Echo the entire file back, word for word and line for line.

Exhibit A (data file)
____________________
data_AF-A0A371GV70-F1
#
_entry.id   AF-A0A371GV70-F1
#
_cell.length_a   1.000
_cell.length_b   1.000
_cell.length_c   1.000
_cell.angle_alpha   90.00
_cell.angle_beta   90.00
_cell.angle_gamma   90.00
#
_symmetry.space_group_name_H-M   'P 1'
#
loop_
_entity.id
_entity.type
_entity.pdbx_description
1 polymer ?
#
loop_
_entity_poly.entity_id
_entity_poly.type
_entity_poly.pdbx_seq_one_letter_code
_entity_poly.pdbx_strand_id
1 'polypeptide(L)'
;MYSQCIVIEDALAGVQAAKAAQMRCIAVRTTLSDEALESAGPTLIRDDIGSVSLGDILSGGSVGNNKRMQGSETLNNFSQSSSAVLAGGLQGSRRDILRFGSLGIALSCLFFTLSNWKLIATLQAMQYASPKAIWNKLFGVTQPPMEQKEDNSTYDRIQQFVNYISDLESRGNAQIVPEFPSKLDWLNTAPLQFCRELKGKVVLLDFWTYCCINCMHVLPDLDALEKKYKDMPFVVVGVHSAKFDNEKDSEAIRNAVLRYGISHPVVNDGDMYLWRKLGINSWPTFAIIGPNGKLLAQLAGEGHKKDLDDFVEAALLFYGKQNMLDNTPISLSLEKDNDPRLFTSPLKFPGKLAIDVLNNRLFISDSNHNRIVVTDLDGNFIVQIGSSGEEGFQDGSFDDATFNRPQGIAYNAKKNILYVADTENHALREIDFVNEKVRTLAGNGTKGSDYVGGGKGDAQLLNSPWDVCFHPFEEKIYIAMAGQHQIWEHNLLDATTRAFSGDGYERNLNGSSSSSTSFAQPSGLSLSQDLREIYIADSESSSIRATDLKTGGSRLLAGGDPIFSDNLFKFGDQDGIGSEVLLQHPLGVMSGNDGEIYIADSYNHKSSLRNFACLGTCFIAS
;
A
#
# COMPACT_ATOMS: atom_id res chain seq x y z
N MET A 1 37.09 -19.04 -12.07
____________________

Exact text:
data_AF-A0A371GV70-F1
#
_entry.id   AF-A0A371GV70-F1
#
_cell.length_a   1.000
_cell.length_b   1.000
_cell.length_c   1.000
_cell.angle_alpha   90.00
_cell.angle_beta   90.00
_cell.angle_gamma   90.00
#
_symmetry.space_group_name_H-M   'P 1'
#
loop_
_entity.id
_entity.type
_entity.pdbx_description
1 polymer ?
#
loop_
_entity_poly.entity_id
_entity_poly.type
_entity_poly.pdbx_seq_one_letter_code
_entity_poly.pdbx_strand_id
1 'polypeptide(L)'
;MYSQCIVIEDALAGVQAAKAAQMRCIAVRTTLSDEALESAGPTLIRDDIGSVSLGDILSGGSVGNNKRMQGSETLNNFSQSSSAVLAGGLQGSRRDILRFGSLGIALSCLFFTLSNWKLIATLQAMQYASPKAIWNKLFGVTQPPMEQKEDNSTYDRIQQFVNYISDLESRGNAQIVPEFPSKLDWLNTAPLQFCRELKGKVVLLDFWTYCCINCMHVLPDLDALEKKYKDMPFVVVGVHSAKFDNEKDSEAIRNAVLRYGISHPVVNDGDMYLWRKLGINSWPTFAIIGPNGKLLAQLAGEGHKKDLDDFVEAALLFYGKQNMLDNTPISLSLEKDNDPRLFTSPLKFPGKLAIDVLNNRLFISDSNHNRIVVTDLDGNFIVQIGSSGEEGFQDGSFDDATFNRPQGIAYNAKKNILYVADTENHALREIDFVNEKVRTLAGNGTKGSDYVGGGKGDAQLLNSPWDVCFHPFEEKIYIAMAGQHQIWEHNLLDATTRAFSGDGYERNLNGSSSSSTSFAQPSGLSLSQDLREIYIADSESSSIRATDLKTGGSRLLAGGDPIFSDNLFKFGDQDGIGSEVLLQHPLGVMSGNDGEIYIADSYNHKSSLRNFACLGTCFIAS
;
A
#
# COMPACT_ATOMS: atom_id res chain seq x y z
N MET A 1 37.09 -19.04 -12.07